Sunday, January 4



Robert E. Pierre, Washington Post
- Inside Oak Hill's barbed-wire perimeter in Laurel, harsh punishment for the District's juvenile offenders is out. Therapy is in. The dingy cellblock where the most unruly were sequestered, where they scribbled shout-outs to dead homies and angry threats on the walls, is abandoned. The cellblocks now have carpeting and cushioned furniture.

Striking an officer, smoking marijuana or destroying property no longer gets a young offender thrown into a dark cell to stew. Now, they call a meeting.
It's part of an evolving, controversial effort by the District to deter young delinquents from becoming career criminals by keeping fewer behind bars and surrounding the rest with counselors, drug rehabilitation and social workers at their homes to strengthen broken families.

Vincent Schiraldi is the outspoken architect of change. As director of the Department of Youth Rehabilitation Services since 2005, Schiraldi rejects physical punishment and isolation to teach lessons. Instead, he dispatches his charges to camp in the desert, to rebuild houses destroyed by Hurricane Katrina and to perform Shakespeare for the mayor.

"You have got to lock up as few as possible," he said. "The ones you do lock up, you have got to treat them in a way that can turn their lives around and not create the self-concept that the next stop is D.C. jail and the federal Bureau of Prisons.". . .

During Schiraldi's tenure, the number of youths assigned to the agency has ballooned 73 percent, from 420 to 727 as of early this month. During that time, there has been a steep decline in the number of runaways and a 6 percent decline in recidivism as measured within a year of release.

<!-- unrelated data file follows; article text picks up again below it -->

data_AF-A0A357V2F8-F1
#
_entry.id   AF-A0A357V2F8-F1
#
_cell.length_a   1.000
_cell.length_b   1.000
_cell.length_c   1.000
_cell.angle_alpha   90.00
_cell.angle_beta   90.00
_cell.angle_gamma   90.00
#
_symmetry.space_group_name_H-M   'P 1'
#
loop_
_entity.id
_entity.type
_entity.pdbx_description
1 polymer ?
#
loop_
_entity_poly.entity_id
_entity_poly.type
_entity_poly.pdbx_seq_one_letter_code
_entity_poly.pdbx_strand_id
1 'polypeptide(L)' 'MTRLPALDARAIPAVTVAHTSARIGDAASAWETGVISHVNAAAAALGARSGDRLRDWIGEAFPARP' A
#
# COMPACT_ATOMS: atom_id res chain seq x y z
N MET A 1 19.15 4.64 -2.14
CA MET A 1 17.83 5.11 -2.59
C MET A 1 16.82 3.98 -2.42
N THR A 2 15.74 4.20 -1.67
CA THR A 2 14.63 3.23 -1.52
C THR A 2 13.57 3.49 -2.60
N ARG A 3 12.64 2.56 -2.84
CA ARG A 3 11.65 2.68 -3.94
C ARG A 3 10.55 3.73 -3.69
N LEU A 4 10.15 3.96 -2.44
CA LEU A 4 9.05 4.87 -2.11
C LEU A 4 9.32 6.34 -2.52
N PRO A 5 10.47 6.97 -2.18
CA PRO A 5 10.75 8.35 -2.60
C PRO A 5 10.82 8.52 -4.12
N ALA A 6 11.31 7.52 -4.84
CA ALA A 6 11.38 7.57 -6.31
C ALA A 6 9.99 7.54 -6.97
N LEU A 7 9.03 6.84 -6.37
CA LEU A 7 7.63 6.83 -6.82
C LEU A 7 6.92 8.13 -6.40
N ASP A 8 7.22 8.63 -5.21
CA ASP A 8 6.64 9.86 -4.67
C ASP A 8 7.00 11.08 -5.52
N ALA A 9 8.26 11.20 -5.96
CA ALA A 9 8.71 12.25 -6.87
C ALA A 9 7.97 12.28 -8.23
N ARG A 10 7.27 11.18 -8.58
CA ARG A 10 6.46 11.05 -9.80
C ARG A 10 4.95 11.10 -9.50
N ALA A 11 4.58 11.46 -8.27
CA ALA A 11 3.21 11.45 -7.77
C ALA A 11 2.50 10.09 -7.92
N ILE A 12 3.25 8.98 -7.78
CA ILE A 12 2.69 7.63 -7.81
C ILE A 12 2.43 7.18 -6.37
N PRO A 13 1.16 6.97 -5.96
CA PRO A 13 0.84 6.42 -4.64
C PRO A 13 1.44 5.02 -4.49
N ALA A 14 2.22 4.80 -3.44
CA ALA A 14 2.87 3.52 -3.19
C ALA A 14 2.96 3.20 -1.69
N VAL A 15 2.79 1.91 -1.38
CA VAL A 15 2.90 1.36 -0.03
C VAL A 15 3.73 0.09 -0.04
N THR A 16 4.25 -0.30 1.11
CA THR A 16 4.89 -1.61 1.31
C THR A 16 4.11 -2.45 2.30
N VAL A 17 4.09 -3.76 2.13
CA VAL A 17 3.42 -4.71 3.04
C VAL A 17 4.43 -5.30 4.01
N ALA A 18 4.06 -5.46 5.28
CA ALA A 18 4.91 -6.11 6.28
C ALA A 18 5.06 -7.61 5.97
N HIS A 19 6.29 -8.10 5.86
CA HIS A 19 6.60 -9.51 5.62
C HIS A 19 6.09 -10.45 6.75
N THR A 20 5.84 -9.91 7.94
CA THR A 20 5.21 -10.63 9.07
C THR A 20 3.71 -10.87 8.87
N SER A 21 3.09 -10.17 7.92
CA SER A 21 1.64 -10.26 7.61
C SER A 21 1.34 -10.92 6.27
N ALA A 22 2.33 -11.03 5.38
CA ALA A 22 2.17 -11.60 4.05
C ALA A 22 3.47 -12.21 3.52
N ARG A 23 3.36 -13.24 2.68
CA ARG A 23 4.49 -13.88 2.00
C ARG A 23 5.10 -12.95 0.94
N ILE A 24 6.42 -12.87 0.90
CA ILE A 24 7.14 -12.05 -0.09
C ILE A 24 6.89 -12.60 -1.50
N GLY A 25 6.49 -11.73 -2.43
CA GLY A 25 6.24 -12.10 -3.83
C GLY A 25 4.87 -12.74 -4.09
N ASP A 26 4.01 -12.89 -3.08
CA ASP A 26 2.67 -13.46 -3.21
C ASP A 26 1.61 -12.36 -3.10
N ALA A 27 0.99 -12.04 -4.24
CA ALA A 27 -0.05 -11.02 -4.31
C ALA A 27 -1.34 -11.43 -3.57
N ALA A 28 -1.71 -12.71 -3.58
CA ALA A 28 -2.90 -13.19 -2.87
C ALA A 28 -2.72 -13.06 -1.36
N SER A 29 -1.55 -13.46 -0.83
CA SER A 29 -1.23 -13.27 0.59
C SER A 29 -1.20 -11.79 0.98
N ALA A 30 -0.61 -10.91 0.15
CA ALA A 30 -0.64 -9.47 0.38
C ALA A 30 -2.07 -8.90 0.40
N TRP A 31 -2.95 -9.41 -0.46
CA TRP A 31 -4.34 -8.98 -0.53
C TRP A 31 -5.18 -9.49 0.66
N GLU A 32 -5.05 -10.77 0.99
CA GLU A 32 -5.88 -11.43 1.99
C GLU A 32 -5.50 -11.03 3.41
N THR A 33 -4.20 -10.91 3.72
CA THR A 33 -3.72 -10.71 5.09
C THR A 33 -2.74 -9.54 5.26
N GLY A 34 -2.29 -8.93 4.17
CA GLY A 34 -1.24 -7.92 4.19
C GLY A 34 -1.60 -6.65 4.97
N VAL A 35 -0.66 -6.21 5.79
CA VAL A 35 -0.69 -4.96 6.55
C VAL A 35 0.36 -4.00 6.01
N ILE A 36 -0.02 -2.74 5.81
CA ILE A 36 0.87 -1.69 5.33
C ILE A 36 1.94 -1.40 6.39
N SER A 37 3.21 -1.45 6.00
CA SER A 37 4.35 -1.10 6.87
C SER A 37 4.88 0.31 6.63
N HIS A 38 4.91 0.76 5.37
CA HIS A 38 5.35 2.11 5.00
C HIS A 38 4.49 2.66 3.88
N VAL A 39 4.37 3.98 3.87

He reduced the number of juveniles at Oak Hill from 120 to 80 by moving those awaiting trial to a facility in Northeast. . . Many juvenile-justice experts have praised Schiraldi, who won an innovators award from Harvard University's Kennedy School of Government.


Loose Lips, City Paper -
In his first 24 months as the District's chief executive, Fenty and his team have made a few apology-worthy mistakes. They plagiarized a schools document, they botched the response to a police shooting, and they managed the summer jobs program like a bunch of interns. But can anyone remember the guy in charge actually apologizing?. . . When it comes to matters for which he actually carries responsibility, the closest thing to a mea culpa that's ever escaped Fenty's mouth followed revelations that his deputy mayor for education, Victor Reinoso, had copied language from another school district in putting together a strategic plan for D.C. Public Schools. . . In fact, a Washington Post story notes Reinoso apologized to Fenty, but Fenty never actually apologized to anyone.

Houston Chronicle - The number of crashes at Houston intersections with red-light cameras doubled in the first year after their installation, according to a city-financed study. . . Critics of the initiative, which mails $75 civil fines to drivers photographed running red lights at 50 intersections, said the study shows that cameras actually cause more crashes and bolsters their argument that the program is more about generating revenue than protecting the public.

Stupid City Council Tricks - The D.C. Council has joined 15 states in passing legislation that prohibits government investment in companies doing business with Iran.


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